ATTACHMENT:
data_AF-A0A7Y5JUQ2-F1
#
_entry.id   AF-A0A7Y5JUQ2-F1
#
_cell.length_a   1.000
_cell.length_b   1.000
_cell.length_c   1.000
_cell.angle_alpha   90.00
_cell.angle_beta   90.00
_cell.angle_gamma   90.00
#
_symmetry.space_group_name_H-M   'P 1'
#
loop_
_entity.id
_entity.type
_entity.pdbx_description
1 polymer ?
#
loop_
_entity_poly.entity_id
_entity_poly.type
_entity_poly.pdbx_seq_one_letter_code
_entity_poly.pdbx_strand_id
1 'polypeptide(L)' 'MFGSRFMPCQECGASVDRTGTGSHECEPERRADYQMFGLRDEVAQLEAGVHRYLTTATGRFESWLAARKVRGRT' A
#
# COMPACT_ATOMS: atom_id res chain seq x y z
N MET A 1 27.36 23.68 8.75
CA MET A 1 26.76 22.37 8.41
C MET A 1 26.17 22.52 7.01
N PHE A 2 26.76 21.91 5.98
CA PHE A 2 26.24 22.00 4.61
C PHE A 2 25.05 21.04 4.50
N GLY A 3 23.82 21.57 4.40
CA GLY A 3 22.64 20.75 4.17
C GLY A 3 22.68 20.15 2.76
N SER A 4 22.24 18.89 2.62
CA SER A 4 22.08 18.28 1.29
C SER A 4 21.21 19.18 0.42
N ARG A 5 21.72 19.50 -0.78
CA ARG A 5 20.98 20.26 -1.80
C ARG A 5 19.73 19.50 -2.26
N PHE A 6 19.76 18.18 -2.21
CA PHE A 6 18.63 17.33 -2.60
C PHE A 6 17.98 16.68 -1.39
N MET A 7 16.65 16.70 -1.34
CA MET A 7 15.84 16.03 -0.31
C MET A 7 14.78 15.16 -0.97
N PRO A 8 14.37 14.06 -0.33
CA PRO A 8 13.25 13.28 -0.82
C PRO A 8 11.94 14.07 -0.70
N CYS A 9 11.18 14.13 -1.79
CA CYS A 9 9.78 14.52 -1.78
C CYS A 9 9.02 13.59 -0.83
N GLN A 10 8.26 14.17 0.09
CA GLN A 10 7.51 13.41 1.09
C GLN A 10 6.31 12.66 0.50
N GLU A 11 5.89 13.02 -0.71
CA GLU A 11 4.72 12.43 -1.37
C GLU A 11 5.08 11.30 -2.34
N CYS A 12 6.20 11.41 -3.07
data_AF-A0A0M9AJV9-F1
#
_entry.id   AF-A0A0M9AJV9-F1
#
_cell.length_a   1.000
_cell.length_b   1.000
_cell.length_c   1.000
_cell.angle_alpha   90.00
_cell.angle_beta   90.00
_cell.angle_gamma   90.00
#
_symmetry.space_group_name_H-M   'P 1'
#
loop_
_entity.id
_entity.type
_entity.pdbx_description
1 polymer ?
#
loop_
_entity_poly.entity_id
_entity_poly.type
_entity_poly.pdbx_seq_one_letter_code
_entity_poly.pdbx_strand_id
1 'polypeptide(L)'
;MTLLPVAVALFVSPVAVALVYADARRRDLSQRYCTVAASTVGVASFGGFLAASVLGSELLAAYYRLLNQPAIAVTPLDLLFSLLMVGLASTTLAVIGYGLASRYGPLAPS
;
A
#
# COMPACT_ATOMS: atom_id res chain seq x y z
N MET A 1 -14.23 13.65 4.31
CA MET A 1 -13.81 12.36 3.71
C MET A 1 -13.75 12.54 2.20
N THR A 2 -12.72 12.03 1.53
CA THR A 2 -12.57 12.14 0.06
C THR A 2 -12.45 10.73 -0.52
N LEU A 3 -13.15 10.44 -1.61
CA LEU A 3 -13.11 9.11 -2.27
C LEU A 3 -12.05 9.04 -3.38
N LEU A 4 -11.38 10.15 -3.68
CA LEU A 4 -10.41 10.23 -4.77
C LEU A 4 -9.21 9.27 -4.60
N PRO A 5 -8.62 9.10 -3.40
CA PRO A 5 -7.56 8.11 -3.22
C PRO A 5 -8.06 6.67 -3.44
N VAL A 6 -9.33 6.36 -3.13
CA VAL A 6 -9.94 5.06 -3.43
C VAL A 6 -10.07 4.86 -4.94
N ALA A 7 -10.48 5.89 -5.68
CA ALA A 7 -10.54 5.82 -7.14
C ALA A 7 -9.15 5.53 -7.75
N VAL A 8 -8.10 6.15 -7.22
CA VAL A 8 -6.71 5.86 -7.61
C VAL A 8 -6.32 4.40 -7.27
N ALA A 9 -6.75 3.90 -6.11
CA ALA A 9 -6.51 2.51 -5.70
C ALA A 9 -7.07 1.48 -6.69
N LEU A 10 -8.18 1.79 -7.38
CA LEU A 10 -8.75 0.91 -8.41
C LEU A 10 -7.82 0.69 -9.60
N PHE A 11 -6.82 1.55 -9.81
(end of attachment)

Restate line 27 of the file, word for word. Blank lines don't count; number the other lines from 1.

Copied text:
# COMPACT_ATOMS: atom_id res chain seq x y z